Retailers need to brush up on fresh legislation over customer data protection as new rules over breaches prepare to swing into action.

As if retailers didn’t have enough on their plate, the EU General Data Protection Regulation (GDPR) was officially adopted last month, replacing all existing rules in member countries including the UK Data Protection Act (1998).

While there is a two-year period of grace for full implementation, the operational and regulatory implications for all retailers are significant – but are they fully aware of them?

As online retailing has grown – and customers increasingly engage with retailers via tablets and smartphones – the sheer volume of personal data (known as ‘big data’) held by retailers continues to grow exponentially, and the new GDPR rules place onerous new responsibilities on retailers when it comes to taking care of that data.

Last year, a survey of more than 400 UK business technology managers assessed how secure our personal data is.

Retailers came out worst in terms of both customer data losses and how they deal with breaches once they have occurred.

According to the study, 15% of surveyed retailers had lost important customer data more than four times, while 8% had lost data more than 10 times. More than a fifth of retailers had been hacked and 50% of those surveyed had personal experience of company computers being hacked.

Studies indicate that the most common cause of a data breach is simple human error, for example phishing attacks, but external cyber-attacks are becoming ever more sophisticated.

Increasingly, hackers do not attack businesses directly, but do so via their network of connected partners.

One of the largest retail data breaches in recent years was caused by hackers gaining access via a relatively small vendor.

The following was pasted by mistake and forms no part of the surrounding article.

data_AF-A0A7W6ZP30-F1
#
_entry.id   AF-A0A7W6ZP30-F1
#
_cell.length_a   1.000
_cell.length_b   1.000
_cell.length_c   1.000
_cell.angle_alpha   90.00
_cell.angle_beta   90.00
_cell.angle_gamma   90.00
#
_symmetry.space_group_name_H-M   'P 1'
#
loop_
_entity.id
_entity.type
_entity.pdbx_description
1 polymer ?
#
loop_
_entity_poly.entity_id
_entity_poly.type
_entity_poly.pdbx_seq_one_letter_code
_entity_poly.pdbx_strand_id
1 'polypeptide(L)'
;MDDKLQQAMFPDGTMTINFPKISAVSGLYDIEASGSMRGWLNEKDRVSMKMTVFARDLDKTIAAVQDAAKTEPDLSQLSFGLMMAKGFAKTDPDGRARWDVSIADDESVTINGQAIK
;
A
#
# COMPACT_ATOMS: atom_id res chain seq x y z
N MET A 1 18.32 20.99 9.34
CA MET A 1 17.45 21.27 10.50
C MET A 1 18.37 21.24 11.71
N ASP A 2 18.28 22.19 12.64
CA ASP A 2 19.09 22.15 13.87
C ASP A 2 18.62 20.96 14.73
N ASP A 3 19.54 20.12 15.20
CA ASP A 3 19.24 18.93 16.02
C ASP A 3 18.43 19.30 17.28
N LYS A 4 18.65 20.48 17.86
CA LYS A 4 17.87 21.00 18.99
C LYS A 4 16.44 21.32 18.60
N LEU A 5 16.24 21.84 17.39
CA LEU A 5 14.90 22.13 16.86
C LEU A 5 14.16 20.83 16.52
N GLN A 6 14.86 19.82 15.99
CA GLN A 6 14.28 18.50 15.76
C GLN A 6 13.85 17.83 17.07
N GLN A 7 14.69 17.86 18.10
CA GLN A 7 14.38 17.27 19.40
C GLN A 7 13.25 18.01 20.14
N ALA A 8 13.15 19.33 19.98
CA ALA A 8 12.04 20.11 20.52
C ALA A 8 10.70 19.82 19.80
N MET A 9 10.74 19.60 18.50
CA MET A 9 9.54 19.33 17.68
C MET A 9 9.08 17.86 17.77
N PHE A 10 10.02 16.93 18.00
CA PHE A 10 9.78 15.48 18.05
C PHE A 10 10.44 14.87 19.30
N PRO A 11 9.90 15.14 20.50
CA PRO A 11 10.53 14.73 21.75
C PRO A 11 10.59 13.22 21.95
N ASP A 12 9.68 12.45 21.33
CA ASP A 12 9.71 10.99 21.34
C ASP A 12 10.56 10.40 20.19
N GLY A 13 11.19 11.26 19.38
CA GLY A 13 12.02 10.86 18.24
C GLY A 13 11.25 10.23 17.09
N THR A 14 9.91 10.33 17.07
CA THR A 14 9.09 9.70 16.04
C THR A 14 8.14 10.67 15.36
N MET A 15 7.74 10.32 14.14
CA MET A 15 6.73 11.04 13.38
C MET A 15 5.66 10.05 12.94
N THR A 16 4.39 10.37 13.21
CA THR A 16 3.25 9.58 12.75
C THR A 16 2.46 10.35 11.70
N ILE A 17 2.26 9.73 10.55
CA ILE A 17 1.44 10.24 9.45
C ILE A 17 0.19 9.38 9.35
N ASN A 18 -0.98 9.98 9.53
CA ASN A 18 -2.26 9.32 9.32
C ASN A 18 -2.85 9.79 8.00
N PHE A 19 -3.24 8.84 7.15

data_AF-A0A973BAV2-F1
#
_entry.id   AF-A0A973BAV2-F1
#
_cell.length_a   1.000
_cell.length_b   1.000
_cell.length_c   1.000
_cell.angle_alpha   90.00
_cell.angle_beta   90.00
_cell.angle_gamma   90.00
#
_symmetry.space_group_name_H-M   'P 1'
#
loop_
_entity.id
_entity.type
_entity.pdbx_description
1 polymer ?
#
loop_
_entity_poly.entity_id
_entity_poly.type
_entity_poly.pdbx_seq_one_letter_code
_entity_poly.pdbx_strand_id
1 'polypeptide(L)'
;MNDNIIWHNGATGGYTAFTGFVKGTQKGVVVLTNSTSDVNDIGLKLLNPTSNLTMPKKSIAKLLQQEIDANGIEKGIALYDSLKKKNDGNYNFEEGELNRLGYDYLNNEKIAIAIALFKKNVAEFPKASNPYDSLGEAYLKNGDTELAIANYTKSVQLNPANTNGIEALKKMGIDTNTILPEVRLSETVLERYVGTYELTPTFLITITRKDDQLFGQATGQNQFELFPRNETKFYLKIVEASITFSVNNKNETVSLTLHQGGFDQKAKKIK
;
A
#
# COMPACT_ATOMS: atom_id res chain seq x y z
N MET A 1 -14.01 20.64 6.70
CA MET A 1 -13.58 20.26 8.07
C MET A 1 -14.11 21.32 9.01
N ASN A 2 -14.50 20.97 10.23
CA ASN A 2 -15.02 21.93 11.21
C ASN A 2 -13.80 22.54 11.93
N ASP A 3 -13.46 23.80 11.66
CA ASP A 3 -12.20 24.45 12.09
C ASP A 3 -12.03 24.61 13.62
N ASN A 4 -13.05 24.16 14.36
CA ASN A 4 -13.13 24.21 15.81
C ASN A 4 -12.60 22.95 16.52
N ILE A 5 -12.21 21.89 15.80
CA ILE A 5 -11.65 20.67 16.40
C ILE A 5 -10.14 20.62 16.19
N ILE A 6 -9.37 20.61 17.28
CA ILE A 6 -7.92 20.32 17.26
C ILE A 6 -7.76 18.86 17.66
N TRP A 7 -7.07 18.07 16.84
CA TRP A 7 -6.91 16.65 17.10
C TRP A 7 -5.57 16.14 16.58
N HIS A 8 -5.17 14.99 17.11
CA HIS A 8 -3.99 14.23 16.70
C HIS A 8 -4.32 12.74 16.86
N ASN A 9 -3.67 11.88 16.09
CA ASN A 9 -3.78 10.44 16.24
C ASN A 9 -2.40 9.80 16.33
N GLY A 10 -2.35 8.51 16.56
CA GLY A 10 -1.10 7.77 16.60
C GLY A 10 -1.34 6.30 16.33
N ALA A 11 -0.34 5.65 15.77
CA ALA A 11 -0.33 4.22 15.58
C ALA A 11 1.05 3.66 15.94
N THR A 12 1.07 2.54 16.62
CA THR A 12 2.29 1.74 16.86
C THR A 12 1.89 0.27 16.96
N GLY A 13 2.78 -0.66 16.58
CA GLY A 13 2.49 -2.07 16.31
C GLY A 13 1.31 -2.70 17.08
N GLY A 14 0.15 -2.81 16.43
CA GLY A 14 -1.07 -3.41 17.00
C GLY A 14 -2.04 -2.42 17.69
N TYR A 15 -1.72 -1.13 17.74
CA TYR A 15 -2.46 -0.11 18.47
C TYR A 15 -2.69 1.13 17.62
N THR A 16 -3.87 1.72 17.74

The arrival of GDPR means that retailers need to take much greater care of their customers’ data and put in place watertight systems and security processes to prevent breaches.

Some of the new regulations include:

  • Businesses need to obtain active and affirmative consent from customers to store their data – which means no more of those little pre-ticked boxes on retailers’ websites.
  • Customers will now have a right of access to all the data retailers hold about them, in order to erase or rectify that data. They will also have the right to insist on data deletion under “right to be forgotten” obligations.
  • The definition of “personal data” has been significantly expanded. It now includes any data that could identify an individual, including IP address, cookies and any anonymised data which could be potentially re-linked to an individual.
  • The definition of a “breach” has also been expanded. Unauthorised access, such as accidental sharing between employees, or any loss, alteration, or destruction of data are all now seen as breaches, not just hacking attacks.

Any breach must now be reported to the appropriate authorities within 72 hours, and individual customers must be notified if any breach constitutes a risk to their personal rights or freedoms.

Fines for any violations are now far sterner. National data protection authorities can now levy fines as high as 4% of global turnover (per breach) or €20m, whichever is the higher, or half that for smaller breaches.

Are our retailers fully prepared?

  • Dan Murphy is a partner at management consultancy Kurt Salmon